How is CRE Net Operating Income (NOI) Calculated?

Dec 12, 2019

When commercial real estate (CRE) investing, it is imperative to understand and calculate net operating income (NOI) to help determine the profitability of an investment property. Put simply, to calculate NOI, subtract the day-to-day operating expenses from the income a property produces. However, what if you decide to invest in an absolute triple-net (NNN) lease property where there aren’t any operating expenses? NOI becomes pretty straightforward! Here is a synopsis of how to calculate NOI for general commercial properties, what figures to use for these types of properties, and how NOI plays a role in the capitalization rate (cap rate) and financing.

What Is Included in NOI

To determine NOI for traditional CRE and certain net-lease properties, calculate pre-tax revenue on rent received and any other income (i.e., parking structures/fees, vending machines, laundry facilities, game rooms) then subtract expenses. Expenses include all costs of running and maintaining the building and property, as well as insurance premiums and legal fees, salaries and wages, utility payments, property taxes, common area maintenance (CAM) fees, vacancies, property reserves, and more.

Operating Expense Examples

  • Liability and insurances
  • Legal and accounting fees
  • Real estate and other taxes
  • Landlord’s administration costs
  • Property management/wages
  • Water/sewer, gas, electric
  • Plumbing and electrical maintenance/repair
  • HVAC/furnace maintenance/repair
  • Security
  • Trash removal
  • Snow removal
  • Landscaping
  • Building maintenance, painting, repairs
  • Parking lot striping, repair, refurbishment, lighting
  • Janitorial and pest control services
  • Signage

What Is Not Included in NOI

Capital expenditures, such as a new roof, windows, or a heating and air-conditioning system, are excluded in this formula, as are principal and interest payments on loans, depreciation, and amortization. These items do not impact the potential to make income, so they’re not included in NOI.

Cap Rate & Financing

Determining a true NOI is essential when evaluating a commercial property. When pricing a NNN property, the appropriate cap rate is applied to the NOI. A higher cap rate typically equates to a larger ROI but may also indicate a bit more risk. A lower cap rate usually equates to less ROI, as well as potentially lower risk. (Cap rate is not the same as the cash-on-cash return, which is pre-tax cash flow divided by the total amount of cash invested).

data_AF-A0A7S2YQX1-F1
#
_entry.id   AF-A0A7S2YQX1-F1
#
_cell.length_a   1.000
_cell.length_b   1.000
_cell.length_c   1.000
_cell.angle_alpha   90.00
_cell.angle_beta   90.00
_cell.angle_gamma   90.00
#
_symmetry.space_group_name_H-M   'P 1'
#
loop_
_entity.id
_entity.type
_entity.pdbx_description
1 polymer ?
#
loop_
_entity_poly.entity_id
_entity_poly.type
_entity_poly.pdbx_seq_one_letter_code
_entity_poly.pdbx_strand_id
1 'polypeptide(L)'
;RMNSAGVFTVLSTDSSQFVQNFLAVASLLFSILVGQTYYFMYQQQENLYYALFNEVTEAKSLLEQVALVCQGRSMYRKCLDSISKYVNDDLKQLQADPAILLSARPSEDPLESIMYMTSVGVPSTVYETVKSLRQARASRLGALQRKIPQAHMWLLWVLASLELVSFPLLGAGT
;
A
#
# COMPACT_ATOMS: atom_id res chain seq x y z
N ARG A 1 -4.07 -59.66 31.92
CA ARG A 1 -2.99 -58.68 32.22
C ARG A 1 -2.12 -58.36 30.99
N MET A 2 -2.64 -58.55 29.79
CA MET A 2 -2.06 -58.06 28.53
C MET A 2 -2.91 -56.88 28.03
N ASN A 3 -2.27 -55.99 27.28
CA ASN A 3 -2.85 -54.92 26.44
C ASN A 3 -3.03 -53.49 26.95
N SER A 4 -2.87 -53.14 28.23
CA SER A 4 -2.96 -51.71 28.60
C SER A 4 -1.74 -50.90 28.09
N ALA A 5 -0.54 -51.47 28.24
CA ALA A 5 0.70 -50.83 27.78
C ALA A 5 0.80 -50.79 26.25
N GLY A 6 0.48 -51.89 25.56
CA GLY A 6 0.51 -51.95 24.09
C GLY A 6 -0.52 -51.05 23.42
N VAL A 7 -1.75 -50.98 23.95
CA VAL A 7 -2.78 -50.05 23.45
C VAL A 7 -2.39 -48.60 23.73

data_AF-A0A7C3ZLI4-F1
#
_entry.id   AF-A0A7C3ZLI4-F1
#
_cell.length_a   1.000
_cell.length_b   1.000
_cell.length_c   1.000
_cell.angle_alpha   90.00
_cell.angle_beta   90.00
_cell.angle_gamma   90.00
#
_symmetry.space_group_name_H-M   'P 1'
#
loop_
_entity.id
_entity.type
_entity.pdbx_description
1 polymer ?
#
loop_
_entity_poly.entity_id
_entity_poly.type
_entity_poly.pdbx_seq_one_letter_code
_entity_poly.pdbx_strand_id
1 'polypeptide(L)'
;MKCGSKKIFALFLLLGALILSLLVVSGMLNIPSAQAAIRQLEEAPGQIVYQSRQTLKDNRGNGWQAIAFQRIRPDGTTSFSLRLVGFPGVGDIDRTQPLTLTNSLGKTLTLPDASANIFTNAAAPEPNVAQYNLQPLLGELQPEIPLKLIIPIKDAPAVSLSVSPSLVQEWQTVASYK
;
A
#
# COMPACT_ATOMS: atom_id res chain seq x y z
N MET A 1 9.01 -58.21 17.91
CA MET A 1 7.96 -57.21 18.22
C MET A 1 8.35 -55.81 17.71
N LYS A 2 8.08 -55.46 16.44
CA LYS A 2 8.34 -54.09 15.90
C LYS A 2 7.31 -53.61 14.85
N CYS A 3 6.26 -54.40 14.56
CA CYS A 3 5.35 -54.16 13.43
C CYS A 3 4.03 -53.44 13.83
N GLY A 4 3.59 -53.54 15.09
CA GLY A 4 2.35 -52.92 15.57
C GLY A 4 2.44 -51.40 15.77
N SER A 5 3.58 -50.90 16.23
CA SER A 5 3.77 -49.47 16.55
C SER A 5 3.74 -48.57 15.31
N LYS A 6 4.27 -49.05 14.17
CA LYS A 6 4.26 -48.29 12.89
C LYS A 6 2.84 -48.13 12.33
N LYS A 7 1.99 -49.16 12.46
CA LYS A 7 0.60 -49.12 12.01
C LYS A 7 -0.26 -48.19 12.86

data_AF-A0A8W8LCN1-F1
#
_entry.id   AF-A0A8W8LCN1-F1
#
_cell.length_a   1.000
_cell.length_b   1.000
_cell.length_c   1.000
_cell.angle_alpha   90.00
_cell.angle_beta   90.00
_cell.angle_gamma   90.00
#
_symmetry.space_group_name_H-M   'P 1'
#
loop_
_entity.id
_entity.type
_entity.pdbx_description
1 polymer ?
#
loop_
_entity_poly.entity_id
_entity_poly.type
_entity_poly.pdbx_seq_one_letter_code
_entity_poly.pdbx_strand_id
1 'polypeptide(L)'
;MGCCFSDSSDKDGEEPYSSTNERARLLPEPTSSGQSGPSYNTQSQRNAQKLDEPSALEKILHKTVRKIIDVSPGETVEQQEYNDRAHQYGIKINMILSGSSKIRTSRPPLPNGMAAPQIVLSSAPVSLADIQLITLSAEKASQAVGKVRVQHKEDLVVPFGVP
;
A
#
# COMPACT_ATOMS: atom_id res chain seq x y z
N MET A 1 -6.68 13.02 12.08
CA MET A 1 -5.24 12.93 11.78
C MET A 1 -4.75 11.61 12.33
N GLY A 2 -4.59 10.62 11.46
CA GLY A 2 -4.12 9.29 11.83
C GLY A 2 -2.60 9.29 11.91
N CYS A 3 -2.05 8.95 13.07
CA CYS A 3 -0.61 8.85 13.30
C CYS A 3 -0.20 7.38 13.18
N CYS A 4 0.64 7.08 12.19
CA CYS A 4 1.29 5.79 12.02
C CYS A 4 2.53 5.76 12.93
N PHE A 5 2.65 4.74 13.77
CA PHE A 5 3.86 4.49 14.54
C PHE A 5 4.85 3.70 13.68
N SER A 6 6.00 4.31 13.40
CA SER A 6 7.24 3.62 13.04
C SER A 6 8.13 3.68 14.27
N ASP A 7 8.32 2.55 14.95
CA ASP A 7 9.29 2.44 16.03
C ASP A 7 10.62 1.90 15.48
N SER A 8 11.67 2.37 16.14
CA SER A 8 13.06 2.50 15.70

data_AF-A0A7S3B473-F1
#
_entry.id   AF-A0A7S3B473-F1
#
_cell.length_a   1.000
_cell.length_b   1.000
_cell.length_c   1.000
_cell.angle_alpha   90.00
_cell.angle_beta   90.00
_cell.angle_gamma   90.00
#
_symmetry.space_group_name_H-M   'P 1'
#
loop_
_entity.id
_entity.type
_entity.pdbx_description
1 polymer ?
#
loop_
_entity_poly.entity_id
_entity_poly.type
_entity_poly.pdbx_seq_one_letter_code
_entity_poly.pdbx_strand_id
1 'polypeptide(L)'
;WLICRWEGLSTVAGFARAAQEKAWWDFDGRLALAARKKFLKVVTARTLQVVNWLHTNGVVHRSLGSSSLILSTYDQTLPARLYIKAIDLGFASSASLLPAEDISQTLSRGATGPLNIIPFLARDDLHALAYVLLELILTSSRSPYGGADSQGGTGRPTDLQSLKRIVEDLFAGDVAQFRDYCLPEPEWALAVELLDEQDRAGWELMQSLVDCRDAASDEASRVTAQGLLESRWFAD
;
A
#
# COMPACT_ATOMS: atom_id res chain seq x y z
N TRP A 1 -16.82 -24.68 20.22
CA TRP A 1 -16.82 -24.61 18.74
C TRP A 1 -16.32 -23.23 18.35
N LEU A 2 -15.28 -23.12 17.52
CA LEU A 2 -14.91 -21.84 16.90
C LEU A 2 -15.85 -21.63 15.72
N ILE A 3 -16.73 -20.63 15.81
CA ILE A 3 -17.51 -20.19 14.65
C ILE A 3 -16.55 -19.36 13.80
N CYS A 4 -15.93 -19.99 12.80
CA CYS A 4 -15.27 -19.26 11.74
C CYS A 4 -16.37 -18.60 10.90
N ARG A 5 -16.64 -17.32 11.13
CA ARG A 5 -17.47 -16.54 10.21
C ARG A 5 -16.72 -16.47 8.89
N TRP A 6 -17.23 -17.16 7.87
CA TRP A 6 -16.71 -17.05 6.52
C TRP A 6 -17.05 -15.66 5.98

For financed properties, lenders use NOI to ensure a property’s income covers its operating expenses and debt payments (the debt coverage ratio – DCR) and to forecast cash flow. NOI is also used to calculate the net-income multiplier, cash-on-cash (CoC) return, and total return on investment (IRR). There are other balance-sheet details and financial decisions that can be explained by your buyer’s advisor and financial team once you narrow your search to a few select properties. If you are just beginning your property search, the simple calculation of NOI and cap rate gives you a measurement to assess properties and a solid idea of which ones best fit your objectives.

men shaking hand with money

NNN Lease Properties & NOI

The very nature of absolute NNN lease properties excludes any landlord responsibilities or expenses. This is one reason Westwood Net Lease Advisors highly recommends NNN investments. The tenant agrees to a long-term lease (10 to 20 years) that requires paying the “net” amount for three types of costs – net real estate taxes on the leased asset, net building insurance, and net common area maintenance.

Most often, these tenants are corporate retailers such as Walgreens, Dollar General, or McDonald’s. They want control of all aspects of the property for uniformity across their brand. They perform their own maintenance, use their own vendors, and pay for all capital expenditures, providing a straightforward NOI – income from rent – in addition to other numerous advantages.

  • Expense-free, stress-free ownership with long-term, guaranteed income.
  • Passive, monthly income shaped to fit geographical preferences.
  • Reliable, low-risk investment.
  • Preservation of wealth and stable investment diversification.
  • Annual tax benefits can add as much as 2-3% to the published cap rate.

If you already own rental properties that require hands-on management and significant operating expenses, it may be time to let go of the headache of high-maintenance investments and earn a comparable income without the hassle. When you trade up to a NNN property (or properties), you can defer all capital gains taxes with a §1031 exchange and earn a stable monthly income while you continue to work or enjoy life in retirement.

To Wrap it Up –Calculate NOI for the Right CRE Investment

As you contemplate your goals for a CRE investment, first consider the many pros and cons of traditional commercial properties versus responsibility-free NNN lease properties. Then determine the NOI and cap rates for each property that you are interested in to get a feel for which ones would be right for your financial and lifestyle objectives.

Not sure where to start? It is easy to consult with a trusted buyer’s advisor at Westwood Net Lease Advisors to learn more. At no cost to you, we get to know you and learn your goals, use our extensive industry network to locate the perfect property selection for you, perform cap rate, NOI, and other important calculations, and represent you all the way through closing. Contact us today for a no-obligation, complimentary consultation and get the NNN investment that’s right for you. 314-997-5227.

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